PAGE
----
Reviewed by Paige Pagan
Review Source: Teaching for Change
Book Author: Sheetal Sheth
Anjali is the only girl in a boy-dominated tabla class. When she rises to the top, her friend Deepak accuses her of standing out not for her talent, but for being a girl playing a man’s instrument. Although Anjali is used to people assuming that she didn’t play the tabla, she never felt the pressure to underperform before. When a recital approaches, the tabla instructor announces a contest where the best soloist will receive the opportunity to perform alongside him at an upcoming concert.
Anjali is excited to practice with Deepak, but overhears him planning a practice session with the other boys, purposely excluding her. Not only does Anjali get called a showoff in tabla class, but also in her classroom by Deepak when he declares that he’ll be the leader of a project after Anjali raises her hand to volunteer. Overwhelmed, Anjali rushes to the bathroom in tears. There, Tina, a fifth grader, asks her what’s wrong and Anjali breaks out in a rant, vowing that she will never play the tabla again. Tina has a simple response for Anjali, “Never dim your light, girl.” (p. 20)
With that advice, Anjali remembers that all she needs to do is her best and no one should make her feel bad for being passionate and good at something. At the recital, Anjali reminds herself, “I can do this” (p. 24) and she performs powerfully, winning the contest.
After her performance, Deepak admits that his actions were wrong, motivated by jealousy and that she deserves to be the winner. A young girl in the crowd also goes up to Anjali and says, “Bravo Anjali! I didn’t know girls could play tabla,” (p. 31) to which Anjali replies, “We can do anything we want, little one.” (p. 32) Anjali becomes a trailblazer in her community, proving that females can do anything they set out to and should be confident in their abilities in the face of doubt.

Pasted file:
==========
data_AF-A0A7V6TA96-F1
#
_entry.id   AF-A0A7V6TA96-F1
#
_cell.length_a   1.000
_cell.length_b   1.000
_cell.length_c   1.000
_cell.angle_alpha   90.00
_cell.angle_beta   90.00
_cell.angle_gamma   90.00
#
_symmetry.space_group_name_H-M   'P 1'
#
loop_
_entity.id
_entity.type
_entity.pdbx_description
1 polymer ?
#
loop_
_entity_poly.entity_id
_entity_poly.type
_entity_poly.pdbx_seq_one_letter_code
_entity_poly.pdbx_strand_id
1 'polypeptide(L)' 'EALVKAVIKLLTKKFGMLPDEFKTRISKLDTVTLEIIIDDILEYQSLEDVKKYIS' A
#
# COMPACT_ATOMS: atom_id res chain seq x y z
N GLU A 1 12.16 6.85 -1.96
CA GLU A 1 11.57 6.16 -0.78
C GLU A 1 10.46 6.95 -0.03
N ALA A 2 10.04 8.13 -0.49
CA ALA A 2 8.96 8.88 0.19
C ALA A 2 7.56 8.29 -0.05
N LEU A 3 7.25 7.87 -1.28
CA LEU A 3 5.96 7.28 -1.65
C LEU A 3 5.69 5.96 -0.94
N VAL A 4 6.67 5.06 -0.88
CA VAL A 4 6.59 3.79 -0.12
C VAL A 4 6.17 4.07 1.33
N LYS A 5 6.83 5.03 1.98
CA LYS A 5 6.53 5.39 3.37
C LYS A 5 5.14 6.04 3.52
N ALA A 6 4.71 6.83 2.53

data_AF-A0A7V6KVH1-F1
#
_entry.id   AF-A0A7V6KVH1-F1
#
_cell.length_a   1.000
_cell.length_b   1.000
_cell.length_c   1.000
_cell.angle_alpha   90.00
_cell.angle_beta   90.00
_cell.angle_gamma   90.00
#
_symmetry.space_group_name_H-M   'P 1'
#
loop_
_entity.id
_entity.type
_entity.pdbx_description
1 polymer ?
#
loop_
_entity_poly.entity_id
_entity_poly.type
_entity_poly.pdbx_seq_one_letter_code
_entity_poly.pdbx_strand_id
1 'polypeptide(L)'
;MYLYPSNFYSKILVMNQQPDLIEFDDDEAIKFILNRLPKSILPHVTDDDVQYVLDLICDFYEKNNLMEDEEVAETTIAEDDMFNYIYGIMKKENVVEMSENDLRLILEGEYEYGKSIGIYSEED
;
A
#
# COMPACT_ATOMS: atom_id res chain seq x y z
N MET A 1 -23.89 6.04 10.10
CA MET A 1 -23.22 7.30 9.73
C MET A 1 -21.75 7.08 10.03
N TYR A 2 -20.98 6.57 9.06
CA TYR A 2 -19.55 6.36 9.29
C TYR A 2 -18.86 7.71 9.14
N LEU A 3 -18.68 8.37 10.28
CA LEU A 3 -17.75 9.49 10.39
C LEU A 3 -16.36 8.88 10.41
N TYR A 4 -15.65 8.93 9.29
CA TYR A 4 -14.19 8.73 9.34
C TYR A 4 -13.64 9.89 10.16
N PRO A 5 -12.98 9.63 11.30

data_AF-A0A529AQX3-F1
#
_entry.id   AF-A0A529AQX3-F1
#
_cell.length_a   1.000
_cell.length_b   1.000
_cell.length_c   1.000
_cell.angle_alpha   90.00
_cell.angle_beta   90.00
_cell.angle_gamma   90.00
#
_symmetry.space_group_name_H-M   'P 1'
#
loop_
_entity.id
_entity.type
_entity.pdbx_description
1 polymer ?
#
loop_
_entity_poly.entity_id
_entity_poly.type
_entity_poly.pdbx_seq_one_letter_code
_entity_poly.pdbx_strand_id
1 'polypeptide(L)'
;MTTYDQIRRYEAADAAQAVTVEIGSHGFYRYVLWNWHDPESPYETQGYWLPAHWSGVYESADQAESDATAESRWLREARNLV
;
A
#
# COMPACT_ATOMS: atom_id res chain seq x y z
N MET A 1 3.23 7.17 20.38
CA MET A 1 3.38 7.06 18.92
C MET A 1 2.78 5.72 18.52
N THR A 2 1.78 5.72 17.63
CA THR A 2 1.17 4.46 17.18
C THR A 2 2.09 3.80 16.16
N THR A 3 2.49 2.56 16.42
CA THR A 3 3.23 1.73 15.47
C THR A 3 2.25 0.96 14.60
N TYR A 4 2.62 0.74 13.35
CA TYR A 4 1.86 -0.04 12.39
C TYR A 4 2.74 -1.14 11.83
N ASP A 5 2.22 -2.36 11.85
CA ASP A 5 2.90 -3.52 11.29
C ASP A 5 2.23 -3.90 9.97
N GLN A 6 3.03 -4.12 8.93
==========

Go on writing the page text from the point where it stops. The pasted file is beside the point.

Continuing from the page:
I recommend this book when teaching about female empowerment, including defying gender roles and encouraging girls to resist being relegated to the margins. Another book that may work well if taught alongside Bravo Anjali is Drum Dream Girl: How One Girl’s Courage Changed Music. This book is also about a girl who is told that she can’t play the drums because it’s a male occupation, but she continues to pursue her passion of playing all kinds of drums and paves the way for females in her culture to do so, as well.
Paige Pagan is a Social Justice Books Program Specialist at Teaching for Change.
Bravo Anjali! by Sheetal Sheth
Published by MANGO AND MARIGOLD Press on September 15, 2021
Genres: Asia, Music
Reading Level: Grades 3-5, Grades 6-8
Review Source: Teaching for Change
Also by this author: Always Anjali
Publisher's Synopsis: For Anjali, playing the tabla is something that comes naturally. She loves the feel of the drum beneath her fingers and getting lost in the music. But when a boy in her class gives her a hard time for being better than him, she messes up on purpose. When her teacher announces a contest where the winner will get to perform with him at his next concert, Anjali is distraught. Winning the contest would be a dream for Anjali. But it seems like the better she gets, the meaner some of the kids are.
In this follow up to the award winning Always Anjali, Anjali realizes that she should never let anyone make her feel bad for being good at something. An important story for all children to remember to "never dim their light."